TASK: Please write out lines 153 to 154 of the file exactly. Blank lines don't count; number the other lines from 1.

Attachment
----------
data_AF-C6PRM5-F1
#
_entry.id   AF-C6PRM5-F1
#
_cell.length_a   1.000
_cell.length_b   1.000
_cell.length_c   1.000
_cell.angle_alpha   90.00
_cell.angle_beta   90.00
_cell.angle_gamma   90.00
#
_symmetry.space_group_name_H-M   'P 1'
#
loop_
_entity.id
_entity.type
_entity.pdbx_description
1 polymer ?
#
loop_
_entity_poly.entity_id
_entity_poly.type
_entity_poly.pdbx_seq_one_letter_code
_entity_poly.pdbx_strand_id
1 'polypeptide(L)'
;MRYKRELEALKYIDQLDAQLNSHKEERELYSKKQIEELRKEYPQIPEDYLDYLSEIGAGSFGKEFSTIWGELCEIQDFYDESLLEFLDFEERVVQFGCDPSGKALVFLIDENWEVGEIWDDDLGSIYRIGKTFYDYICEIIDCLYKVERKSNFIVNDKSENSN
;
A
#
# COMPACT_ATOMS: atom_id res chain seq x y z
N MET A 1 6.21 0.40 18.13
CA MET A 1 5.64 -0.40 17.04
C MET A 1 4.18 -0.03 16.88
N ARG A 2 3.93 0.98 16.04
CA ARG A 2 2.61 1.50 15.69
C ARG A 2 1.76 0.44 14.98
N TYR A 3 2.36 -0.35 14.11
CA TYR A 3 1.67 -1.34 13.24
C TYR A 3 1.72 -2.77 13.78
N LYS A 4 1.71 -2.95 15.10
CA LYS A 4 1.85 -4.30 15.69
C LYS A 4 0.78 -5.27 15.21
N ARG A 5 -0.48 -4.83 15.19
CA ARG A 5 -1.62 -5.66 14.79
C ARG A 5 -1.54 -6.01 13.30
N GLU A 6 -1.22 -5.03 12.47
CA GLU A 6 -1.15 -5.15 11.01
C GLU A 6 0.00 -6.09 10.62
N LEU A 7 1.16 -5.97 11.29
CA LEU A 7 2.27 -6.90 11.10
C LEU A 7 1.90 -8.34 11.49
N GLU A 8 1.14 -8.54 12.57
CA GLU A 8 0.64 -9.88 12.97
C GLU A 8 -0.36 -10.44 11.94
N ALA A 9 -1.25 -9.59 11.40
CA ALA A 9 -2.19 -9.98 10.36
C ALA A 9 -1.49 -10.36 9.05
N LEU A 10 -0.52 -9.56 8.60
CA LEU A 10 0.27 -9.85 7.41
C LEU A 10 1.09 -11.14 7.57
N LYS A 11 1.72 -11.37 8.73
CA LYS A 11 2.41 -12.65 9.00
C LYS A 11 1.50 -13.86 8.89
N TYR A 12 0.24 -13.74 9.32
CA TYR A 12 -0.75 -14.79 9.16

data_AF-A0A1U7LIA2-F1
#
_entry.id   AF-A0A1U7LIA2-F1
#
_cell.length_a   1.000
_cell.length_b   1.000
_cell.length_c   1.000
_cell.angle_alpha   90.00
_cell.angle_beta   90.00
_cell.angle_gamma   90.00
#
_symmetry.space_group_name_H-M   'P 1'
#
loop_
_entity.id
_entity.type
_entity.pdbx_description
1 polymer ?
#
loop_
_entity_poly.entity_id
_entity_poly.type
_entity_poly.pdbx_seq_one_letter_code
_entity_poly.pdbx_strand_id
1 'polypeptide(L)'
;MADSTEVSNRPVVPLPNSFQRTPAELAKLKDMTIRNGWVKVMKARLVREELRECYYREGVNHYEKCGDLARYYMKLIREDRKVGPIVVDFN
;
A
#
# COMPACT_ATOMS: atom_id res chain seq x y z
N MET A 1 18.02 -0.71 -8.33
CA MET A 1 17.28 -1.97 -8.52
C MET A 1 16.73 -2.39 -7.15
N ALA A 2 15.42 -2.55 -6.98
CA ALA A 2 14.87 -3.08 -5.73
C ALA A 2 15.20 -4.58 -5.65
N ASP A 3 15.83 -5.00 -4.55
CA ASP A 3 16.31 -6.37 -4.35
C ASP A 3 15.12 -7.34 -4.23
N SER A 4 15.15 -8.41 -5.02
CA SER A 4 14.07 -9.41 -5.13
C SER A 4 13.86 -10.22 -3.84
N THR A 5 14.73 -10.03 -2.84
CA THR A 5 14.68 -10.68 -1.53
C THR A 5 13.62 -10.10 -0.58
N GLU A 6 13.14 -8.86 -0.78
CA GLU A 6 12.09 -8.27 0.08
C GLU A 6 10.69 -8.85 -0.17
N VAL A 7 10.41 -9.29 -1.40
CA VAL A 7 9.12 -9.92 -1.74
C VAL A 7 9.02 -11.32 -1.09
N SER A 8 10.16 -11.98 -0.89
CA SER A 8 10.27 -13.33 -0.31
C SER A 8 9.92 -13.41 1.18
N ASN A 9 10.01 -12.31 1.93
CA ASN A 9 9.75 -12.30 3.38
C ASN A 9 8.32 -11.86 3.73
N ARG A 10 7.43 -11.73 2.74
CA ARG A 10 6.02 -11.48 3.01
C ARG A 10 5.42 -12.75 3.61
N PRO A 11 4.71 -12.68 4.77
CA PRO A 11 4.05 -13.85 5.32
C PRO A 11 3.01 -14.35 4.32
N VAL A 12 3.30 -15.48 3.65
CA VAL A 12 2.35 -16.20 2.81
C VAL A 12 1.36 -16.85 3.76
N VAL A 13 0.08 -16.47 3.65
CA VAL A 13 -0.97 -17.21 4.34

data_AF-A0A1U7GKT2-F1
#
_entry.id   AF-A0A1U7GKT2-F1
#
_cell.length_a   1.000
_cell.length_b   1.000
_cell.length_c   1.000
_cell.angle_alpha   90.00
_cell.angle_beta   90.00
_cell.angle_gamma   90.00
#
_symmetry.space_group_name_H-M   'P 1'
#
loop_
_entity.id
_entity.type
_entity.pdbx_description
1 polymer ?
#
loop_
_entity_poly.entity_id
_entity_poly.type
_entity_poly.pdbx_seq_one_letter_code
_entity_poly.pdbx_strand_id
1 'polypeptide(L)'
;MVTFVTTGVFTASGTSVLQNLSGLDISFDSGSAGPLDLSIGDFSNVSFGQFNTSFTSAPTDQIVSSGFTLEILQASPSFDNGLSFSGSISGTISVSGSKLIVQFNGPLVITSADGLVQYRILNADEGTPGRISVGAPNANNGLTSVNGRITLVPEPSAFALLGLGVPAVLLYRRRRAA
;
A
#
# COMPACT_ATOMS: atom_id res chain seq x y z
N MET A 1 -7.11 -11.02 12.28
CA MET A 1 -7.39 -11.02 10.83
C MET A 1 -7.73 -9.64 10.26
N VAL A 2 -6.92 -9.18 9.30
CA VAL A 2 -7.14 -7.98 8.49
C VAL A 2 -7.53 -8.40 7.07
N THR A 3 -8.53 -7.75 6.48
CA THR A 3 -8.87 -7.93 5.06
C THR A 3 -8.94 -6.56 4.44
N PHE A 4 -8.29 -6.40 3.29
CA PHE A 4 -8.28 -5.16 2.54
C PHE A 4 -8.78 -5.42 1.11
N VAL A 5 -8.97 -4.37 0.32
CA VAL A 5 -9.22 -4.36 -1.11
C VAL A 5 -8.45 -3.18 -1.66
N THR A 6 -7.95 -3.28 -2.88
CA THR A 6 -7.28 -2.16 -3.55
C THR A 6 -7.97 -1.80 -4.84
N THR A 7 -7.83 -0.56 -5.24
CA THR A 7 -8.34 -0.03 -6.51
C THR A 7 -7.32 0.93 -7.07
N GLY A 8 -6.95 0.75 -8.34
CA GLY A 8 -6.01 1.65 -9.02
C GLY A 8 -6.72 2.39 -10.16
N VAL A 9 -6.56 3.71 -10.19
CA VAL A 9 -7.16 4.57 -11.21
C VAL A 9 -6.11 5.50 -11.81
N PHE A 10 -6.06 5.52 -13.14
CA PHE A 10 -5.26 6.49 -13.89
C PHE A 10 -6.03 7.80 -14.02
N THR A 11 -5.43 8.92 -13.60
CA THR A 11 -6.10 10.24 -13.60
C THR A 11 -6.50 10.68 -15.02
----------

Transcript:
loop_
_entity_poly.entity_id